CAP Data Technologies teamed up with researchers from University of Jyväskylä to automatically process medieval magic texts. The goal of the project was to identify similarities between documents, namely alchemical instructions from old books written in the Latin language.
The texts were prepared by Lauri Ockenström, researcher at the Department of Music, Art and Culture Studies. His research interests include imagery of magic and astrology, renaissance magic, hermetic tradition and history of occultism.
Before analysis, ortography was standardized and words reduced to their lemma forms. Some consideration was also given to the definition of a sentence, and almost identical copies of the same document. Latin is a language like any other, and there are good tools to handle natural languages, such as scikit-learn, or specifically Latin, such as CLTK.
For analysis, we took two approaches. Firstly, comparing the documents with term frequency–inverse document frequency (TF-IDF). Secondly, comparing sentences in the whole corpus using TF-IDF. Below is an image of the first approach, showing the distances between the documents.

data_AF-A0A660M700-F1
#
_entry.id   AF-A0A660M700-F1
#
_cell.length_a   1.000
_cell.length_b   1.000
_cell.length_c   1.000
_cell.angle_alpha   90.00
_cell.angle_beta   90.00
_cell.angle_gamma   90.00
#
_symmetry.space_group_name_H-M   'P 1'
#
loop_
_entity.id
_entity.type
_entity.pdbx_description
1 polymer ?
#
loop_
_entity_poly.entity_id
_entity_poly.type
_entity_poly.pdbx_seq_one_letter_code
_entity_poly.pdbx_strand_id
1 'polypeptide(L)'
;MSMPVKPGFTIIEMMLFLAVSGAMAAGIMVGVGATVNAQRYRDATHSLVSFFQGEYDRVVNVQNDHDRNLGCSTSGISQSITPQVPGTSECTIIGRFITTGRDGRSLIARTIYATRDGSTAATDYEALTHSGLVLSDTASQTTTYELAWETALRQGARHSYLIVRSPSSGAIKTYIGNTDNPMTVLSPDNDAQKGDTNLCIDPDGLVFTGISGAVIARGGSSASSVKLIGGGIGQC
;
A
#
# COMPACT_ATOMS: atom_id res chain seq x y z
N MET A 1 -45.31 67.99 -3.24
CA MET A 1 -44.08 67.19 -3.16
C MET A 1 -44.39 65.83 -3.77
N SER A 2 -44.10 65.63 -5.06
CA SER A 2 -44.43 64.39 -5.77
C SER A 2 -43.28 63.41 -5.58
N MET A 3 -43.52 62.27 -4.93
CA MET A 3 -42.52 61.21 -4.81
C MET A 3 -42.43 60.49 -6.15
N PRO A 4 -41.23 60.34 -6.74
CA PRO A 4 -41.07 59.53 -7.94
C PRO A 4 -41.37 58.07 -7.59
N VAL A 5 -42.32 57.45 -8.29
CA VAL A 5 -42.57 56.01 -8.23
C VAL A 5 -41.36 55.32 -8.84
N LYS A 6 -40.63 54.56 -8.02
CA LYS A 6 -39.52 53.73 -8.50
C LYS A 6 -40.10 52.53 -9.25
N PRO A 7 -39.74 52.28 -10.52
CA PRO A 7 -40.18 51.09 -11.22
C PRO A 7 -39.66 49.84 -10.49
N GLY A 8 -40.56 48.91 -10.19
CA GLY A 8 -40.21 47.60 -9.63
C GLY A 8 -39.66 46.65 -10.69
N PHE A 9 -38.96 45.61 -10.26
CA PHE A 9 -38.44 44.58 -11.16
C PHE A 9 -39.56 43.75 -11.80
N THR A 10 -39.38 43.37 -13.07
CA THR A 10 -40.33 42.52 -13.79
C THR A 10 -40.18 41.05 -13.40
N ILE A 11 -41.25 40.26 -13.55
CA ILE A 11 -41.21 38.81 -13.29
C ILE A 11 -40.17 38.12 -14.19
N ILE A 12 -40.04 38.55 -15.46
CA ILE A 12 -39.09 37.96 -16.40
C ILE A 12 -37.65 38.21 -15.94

The second approach gave more insight into which files have similar passages copied from another document. We can see in the screenshot below that ex scientia Abel is indeed similar to other copies of the same document. The level_0 column shows the passage in the current file, while the level_1 column gives the passage found in another document, and the last column shows the similarity number, which in this case is the highest possible.
Modern text mining methods can be useful when trying to find relationships between documents in any language and across multiple domains. This research effort focused on alchemical texts, but many other domains could benefit from natural language processing, such as customer behavior analytics or medical data mining.
For further information from CAP